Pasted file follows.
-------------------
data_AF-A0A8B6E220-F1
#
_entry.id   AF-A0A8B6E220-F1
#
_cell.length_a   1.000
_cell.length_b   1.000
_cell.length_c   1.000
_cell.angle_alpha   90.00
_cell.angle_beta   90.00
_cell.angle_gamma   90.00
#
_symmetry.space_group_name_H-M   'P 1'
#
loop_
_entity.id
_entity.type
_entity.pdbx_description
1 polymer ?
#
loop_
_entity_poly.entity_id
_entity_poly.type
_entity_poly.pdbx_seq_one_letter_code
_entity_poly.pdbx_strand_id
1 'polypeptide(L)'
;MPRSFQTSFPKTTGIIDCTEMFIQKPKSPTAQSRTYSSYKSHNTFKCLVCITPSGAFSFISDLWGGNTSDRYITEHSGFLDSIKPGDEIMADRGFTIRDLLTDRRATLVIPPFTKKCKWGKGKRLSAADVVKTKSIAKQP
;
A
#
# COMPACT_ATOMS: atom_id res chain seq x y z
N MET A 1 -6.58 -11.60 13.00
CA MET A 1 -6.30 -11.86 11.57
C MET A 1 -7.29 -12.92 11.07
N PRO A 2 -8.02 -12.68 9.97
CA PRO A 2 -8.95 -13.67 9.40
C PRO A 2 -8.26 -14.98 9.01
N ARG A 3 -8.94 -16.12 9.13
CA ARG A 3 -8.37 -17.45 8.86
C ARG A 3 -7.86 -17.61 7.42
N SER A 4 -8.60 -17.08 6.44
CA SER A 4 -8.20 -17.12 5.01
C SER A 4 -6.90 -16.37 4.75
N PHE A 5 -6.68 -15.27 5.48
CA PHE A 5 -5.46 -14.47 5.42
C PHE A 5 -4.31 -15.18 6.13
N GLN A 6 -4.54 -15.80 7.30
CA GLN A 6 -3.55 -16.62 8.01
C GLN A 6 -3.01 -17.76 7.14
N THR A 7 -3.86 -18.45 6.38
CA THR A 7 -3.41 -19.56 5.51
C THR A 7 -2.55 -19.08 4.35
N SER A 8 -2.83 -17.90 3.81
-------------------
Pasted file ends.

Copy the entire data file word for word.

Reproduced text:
data_AF-A0A8B6E220-F1
#
_entry.id   AF-A0A8B6E220-F1
#
_cell.length_a   1.000
_cell.length_b   1.000
_cell.length_c   1.000
_cell.angle_alpha   90.00
_cell.angle_beta   90.00
_cell.angle_gamma   90.00
#
_symmetry.space_group_name_H-M   'P 1'
#
loop_
_entity.id
_entity.type
_entity.pdbx_description
1 polymer ?
#
loop_
_entity_poly.entity_id
_entity_poly.type
_entity_poly.pdbx_seq_one_letter_code
_entity_poly.pdbx_strand_id
1 'polypeptide(L)'
;MPRSFQTSFPKTTGIIDCTEMFIQKPKSPTAQSRTYSSYKSHNTFKCLVCITPSGAFSFISDLWGGNTSDRYITEHSGFLDSIKPGDEIMADRGFTIRDLLTDRRATLVIPPFTKKCKWGKGKRLSAADVVKTKSIAKQP
;
A
#
# COMPACT_ATOMS: atom_id res chain seq x y z
N MET A 1 -6.58 -11.60 13.00
CA MET A 1 -6.30 -11.86 11.57
C MET A 1 -7.29 -12.92 11.07
N PRO A 2 -8.02 -12.68 9.97
CA PRO A 2 -8.95 -13.67 9.40
C PRO A 2 -8.26 -14.98 9.01
N ARG A 3 -8.94 -16.12 9.13
CA ARG A 3 -8.37 -17.45 8.86
C ARG A 3 -7.86 -17.61 7.42
N SER A 4 -8.60 -17.08 6.44
CA SER A 4 -8.20 -17.12 5.01
C SER A 4 -6.90 -16.37 4.75
N PHE A 5 -6.68 -15.27 5.48
CA PHE A 5 -5.46 -14.47 5.42
C PHE A 5 -4.31 -15.18 6.13
N GLN A 6 -4.54 -15.80 7.30
CA GLN A 6 -3.55 -16.62 8.01
C GLN A 6 -3.01 -17.76 7.14
N THR A 7 -3.86 -18.45 6.38
CA THR A 7 -3.41 -19.56 5.51
C THR A 7 -2.55 -19.08 4.35
N SER A 8 -2.83 -17.90 3.81